A bill signed into
law by Governor Eric Holcomb on April 24 could change the way park boards
are appointed in Porter County.
HEA 1018, authored
by State Rep. Ed Soliday (R-Valparaiso) makes changes to Indiana Code
surrounding the appointment of county park board members, effective July 1.
park boards in Indiana are comprised of six members--five appointed and one
ex officio member representing either the local extension office or soil and
water conservancy district. Two of the appointed members are appointed by
the local county council, two are appointed by the local circuit court
judge, and one is appointed by the board of commissioners. All are voting
HEA 1018 does away
with local circuit court judges’ appointing authority. It gives the county
board of commissioners two appointments instead of one, and provides that
another elected county official, who does not sit on the board of
commissioners or the county council, can be named as an appointing authority
for the last seat. Since the law gives a local board of commissioners two
appointments to its respective park board, the commissioners are bound by
the same rule county councils and judges have historically beenÑthe two
appointments may not be of the same political party.
The law also allows
counties to continue with the same appointing procedures they’ve been using,
if they don’t want to make the switch. In counties that do make the switch,
the county council has until the end of 2019 to enact changes, after which
the commissioners may make the choice.
Porter County may
adopt the new appointing procedures, according to Porter County Council
President Dan Whitten (D-At-large). He anticipates the Council will discuss
the matter at its June 25 meeting.
Whitten said the
Council didn’t have a dog in the fight for the passage of the legislation.
“We weren’t really intimately involved in the process. This wasn’t born of
something the Council requested. We still have two appointments.”
“It makes sense for
the Commissioners to have two appointments,” Whitten added, saying he wasn’t
against the legislation.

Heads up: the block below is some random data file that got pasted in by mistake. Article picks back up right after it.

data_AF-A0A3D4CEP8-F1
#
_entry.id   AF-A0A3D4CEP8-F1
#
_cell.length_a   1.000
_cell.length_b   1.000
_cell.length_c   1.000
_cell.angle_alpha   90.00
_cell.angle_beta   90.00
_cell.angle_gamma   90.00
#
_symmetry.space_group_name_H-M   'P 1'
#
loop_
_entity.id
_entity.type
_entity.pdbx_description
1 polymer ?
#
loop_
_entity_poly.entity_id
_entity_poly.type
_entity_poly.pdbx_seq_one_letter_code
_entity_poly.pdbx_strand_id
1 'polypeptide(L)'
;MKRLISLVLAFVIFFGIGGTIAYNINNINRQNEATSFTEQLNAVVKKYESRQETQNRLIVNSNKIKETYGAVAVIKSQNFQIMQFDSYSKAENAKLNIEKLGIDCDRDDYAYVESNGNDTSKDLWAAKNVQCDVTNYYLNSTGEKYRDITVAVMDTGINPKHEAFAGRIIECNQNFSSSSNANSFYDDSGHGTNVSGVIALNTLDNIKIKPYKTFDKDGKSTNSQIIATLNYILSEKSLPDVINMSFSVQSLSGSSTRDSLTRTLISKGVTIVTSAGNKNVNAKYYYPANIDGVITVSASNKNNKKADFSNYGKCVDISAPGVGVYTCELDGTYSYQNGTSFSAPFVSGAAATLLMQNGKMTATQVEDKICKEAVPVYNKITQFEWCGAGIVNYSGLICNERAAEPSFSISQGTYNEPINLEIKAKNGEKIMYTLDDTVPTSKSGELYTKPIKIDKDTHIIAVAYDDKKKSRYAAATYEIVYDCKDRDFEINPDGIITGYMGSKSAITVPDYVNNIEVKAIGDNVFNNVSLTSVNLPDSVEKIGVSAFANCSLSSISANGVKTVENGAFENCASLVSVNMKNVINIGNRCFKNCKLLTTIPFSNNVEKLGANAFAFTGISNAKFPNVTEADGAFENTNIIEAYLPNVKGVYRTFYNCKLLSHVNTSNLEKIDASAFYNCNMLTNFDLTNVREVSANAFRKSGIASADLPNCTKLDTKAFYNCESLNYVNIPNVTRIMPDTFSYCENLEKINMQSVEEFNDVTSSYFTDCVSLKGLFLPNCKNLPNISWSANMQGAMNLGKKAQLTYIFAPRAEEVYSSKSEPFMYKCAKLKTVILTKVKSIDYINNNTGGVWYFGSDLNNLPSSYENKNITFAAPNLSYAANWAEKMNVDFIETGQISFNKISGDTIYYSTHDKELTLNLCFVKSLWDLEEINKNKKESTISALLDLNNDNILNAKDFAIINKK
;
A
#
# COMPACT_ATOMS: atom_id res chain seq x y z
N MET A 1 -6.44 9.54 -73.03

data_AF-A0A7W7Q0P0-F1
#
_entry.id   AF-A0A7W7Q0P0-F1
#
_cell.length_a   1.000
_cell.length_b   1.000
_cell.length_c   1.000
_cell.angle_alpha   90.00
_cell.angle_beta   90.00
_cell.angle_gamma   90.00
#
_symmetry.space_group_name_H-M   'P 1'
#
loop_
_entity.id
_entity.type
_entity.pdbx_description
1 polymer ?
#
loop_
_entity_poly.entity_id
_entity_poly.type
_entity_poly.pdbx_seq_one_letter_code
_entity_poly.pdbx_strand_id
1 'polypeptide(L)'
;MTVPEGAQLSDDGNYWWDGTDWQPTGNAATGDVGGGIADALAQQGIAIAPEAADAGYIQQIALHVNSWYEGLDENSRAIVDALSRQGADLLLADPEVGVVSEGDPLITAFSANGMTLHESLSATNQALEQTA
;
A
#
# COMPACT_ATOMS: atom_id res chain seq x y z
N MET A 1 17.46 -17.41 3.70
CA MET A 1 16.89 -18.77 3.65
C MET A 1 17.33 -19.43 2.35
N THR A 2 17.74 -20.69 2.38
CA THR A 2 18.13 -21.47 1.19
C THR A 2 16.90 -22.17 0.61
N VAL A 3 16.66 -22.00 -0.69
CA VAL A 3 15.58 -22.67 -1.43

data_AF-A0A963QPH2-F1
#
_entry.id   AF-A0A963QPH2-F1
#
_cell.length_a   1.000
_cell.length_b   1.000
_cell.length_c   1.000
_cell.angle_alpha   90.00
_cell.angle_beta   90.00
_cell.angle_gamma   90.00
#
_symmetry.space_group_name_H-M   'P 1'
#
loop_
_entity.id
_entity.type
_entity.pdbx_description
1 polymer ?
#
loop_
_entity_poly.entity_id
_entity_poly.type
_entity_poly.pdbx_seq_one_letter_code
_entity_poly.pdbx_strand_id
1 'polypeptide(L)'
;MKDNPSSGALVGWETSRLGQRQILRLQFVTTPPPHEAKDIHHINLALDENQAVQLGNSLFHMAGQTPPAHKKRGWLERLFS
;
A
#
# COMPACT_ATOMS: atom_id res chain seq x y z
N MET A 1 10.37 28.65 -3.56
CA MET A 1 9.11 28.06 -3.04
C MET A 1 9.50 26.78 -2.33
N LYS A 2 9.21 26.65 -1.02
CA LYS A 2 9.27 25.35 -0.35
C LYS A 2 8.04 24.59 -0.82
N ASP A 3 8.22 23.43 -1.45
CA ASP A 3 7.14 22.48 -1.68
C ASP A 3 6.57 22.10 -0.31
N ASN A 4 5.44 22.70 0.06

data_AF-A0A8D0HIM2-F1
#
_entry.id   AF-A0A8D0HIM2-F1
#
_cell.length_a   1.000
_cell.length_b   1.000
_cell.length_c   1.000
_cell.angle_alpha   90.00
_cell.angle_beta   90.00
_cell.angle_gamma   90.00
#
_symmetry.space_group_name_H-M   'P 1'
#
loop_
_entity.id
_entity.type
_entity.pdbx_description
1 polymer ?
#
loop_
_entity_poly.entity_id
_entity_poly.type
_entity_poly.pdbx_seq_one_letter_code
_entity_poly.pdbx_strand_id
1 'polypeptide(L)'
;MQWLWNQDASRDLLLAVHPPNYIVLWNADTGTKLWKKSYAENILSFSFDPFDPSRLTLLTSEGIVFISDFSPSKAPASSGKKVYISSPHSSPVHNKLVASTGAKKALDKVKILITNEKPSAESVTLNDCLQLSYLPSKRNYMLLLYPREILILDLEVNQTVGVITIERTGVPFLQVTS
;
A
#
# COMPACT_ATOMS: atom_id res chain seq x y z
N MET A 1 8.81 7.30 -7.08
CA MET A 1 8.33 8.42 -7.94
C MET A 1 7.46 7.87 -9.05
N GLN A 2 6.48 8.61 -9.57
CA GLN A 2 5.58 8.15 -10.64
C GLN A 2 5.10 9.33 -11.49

Whitten had no
insight yet about who the Council might choose as the new appointing
authority. “No one has come before us at any meetings and said, ‘Oh my gosh
I want to have that fifth appointment.’”
Authority could go
to any number of officials, including the County Auditor, Recorder, Sheriff,
or another judge, but Whitten said he’d like to see it go to the office or
official who has the most to do with the Parks Department.
Porter County Park Board has shrunk to four members, exactly the number of
members needed for a quorum, since the Board of Commissioners has left its
sole appointment vacant for over a year.
appointed Chris Richardson to succeed Tom Schnabel in February 2018.
Richardson attended the February meeting and never came back.
Board member and Chesterton Tribune publisher David Canright, an
appointee of Circuit Court Judge Mary Harper, stepped down in January, his
replacement also soon resigned, bringing the Board down to four. Having a
four-member board makes conducting business difficult because all members
must be present, and agree, for the board to take any action.
President of the
Porter County Board of Commissioners, Jeff Good (R-Center) told the
Chesterton Tribune the Commissioners haven’t yet started thinking about
who their new appointment might be because he hasn’t spoken to Commissioners
Laura Blaney (D-South) and Jim Biggs (R-North) about the possibility of
having two appointments yet. “We were just waiting for the legislation to go
through,” he said.
As for the vacant
seat, Good said he wasn’t aware that Richardson had resigned and that, as
far as he knows, the Board never received Richardson’s resignation. Blaney
did not return a request for comment.
said he wasn’t aware Richardson resigned until just a few weeks ago, and he
couldn’t recall getting a letter, email, or phone call regarding the
resignation. “I know that he was having problems with making the meetings
because of his work, but as far as actually knowing when he resigned, I
can’t tell you a date,” Biggs said.
“Finding someone to
sit on these boards isn’t easy,” Biggs added.
Good said the
Commissioners would have gone through their usual process of taking
applications and evaluating candidates to fill the position if they had
known. “We usually do our appointments at the beginning of the year, so
that’s when it’s at the top of our minds,” Good said.
Superintendent Walter Lenckos, for his part, said Richardson last
communicated with him in August 2018. Lenckos said Richardson told him via
text message that he had contacted the Commissioners, and Park Board
President Craig Kenworthy, earlier in 2018 to tell them he was resigning.
not be reached for comment.